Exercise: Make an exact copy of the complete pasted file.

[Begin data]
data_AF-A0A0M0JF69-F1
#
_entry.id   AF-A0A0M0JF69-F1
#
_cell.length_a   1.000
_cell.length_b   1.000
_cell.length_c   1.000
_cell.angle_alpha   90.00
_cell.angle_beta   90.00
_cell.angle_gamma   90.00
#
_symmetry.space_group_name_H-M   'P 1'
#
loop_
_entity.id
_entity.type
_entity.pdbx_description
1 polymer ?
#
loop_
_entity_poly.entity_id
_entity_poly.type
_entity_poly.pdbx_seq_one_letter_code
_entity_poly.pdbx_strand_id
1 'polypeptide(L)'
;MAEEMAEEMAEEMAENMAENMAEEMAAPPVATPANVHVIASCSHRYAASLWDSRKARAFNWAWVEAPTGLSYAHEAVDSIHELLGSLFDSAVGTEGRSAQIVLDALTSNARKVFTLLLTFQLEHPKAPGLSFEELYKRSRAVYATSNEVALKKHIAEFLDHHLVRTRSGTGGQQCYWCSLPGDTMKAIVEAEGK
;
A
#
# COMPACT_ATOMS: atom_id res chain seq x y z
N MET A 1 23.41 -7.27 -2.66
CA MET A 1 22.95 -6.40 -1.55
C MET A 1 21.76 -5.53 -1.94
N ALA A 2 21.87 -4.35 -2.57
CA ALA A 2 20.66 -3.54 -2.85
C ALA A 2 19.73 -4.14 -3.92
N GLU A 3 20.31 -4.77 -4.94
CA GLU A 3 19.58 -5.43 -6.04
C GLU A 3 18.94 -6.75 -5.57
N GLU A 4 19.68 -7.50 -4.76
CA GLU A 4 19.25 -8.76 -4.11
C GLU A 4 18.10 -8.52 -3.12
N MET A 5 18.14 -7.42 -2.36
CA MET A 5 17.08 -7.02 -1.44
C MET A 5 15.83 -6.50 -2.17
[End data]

data_AF-A0A0M0JF69-F1
#
_entry.id   AF-A0A0M0JF69-F1
#
_cell.length_a   1.000
_cell.length_b   1.000
_cell.length_c   1.000
_cell.angle_alpha   90.00
_cell.angle_beta   90.00
_cell.angle_gamma   90.00
#
_symmetry.space_group_name_H-M   'P 1'
#
loop_
_entity.id
_entity.type
_entity.pdbx_description
1 polymer ?
#
loop_
_entity_poly.entity_id
_entity_poly.type
_entity_poly.pdbx_seq_one_letter_code
_entity_poly.pdbx_strand_id
1 'polypeptide(L)'
;MAEEMAEEMAEEMAENMAENMAEEMAAPPVATPANVHVIASCSHRYAASLWDSRKARAFNWAWVEAPTGLSYAHEAVDSIHELLGSLFDSAVGTEGRSAQIVLDALTSNARKVFTLLLTFQLEHPKAPGLSFEELYKRSRAVYATSNEVALKKHIAEFLDHHLVRTRSGTGGQQCYWCSLPGDTMKAIVEAEGK
;
A
#
# COMPACT_ATOMS: atom_id res chain seq x y z
N MET A 1 23.41 -7.27 -2.66
CA MET A 1 22.95 -6.40 -1.55
C MET A 1 21.76 -5.53 -1.94
N ALA A 2 21.87 -4.35 -2.57
CA ALA A 2 20.66 -3.54 -2.85
C ALA A 2 19.73 -4.14 -3.92
N GLU A 3 20.31 -4.77 -4.94
CA GLU A 3 19.58 -5.43 -6.04
C GLU A 3 18.94 -6.75 -5.57
N GLU A 4 19.68 -7.50 -4.76
CA GLU A 4 19.25 -8.76 -4.11
C GLU A 4 18.10 -8.52 -3.12
N MET A 5 18.14 -7.42 -2.36
CA MET A 5 17.08 -7.02 -1.44
C MET A 5 15.83 -6.50 -2.17